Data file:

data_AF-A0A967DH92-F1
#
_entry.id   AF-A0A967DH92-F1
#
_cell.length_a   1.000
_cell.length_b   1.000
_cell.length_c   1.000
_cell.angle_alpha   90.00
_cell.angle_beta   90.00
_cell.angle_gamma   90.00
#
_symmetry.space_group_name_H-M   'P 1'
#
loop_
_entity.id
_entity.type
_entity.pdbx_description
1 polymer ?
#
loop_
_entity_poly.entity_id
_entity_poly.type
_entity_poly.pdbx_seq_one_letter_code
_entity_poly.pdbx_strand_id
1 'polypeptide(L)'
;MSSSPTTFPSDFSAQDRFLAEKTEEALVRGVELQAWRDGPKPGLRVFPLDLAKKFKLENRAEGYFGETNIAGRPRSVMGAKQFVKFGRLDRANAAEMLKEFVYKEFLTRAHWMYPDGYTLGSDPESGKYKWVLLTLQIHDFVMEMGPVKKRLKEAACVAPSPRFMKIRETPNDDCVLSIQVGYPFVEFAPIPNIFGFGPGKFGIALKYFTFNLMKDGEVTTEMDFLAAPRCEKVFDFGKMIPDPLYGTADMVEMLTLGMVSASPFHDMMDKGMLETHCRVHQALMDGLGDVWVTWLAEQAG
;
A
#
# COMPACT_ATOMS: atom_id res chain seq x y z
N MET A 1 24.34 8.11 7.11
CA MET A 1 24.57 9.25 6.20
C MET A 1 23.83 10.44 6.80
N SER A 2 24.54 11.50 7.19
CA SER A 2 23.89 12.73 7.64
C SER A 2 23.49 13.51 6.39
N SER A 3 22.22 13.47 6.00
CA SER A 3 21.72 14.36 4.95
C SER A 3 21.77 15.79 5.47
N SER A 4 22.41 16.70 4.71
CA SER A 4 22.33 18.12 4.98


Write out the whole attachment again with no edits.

data_AF-A0A967DH92-F1
#
_entry.id   AF-A0A967DH92-F1
#
_cell.length_a   1.000
_cell.length_b   1.000
_cell.length_c   1.000
_cell.angle_alpha   90.00
_cell.angle_beta   90.00
_cell.angle_gamma   90.00
#
_symmetry.space_group_name_H-M   'P 1'
#
loop_
_entity.id
_entity.type
_entity.pdbx_description
1 polymer ?
#
loop_
_entity_poly.entity_id
_entity_poly.type
_entity_poly.pdbx_seq_one_letter_code
_entity_poly.pdbx_strand_id
1 'polypeptide(L)'
;MSSSPTTFPSDFSAQDRFLAEKTEEALVRGVELQAWRDGPKPGLRVFPLDLAKKFKLENRAEGYFGETNIAGRPRSVMGAKQFVKFGRLDRANAAEMLKEFVYKEFLTRAHWMYPDGYTLGSDPESGKYKWVLLTLQIHDFVMEMGPVKKRLKEAACVAPSPRFMKIRETPNDDCVLSIQVGYPFVEFAPIPNIFGFGPGKFGIALKYFTFNLMKDGEVTTEMDFLAAPRCEKVFDFGKMIPDPLYGTADMVEMLTLGMVSASPFHDMMDKGMLETHCRVHQALMDGLGDVWVTWLAEQAG
;
A
#
# COMPACT_ATOMS: atom_id res chain seq x y z
N MET A 1 24.34 8.11 7.11
CA MET A 1 24.57 9.25 6.20
C MET A 1 23.83 10.44 6.80
N SER A 2 24.54 11.50 7.19
CA SER A 2 23.89 12.73 7.64
C SER A 2 23.49 13.51 6.39
N SER A 3 22.22 13.47 6.00
CA SER A 3 21.72 14.36 4.95
C SER A 3 21.77 15.79 5.47
N SER A 4 22.41 16.70 4.71
CA SER A 4 22.33 18.12 4.98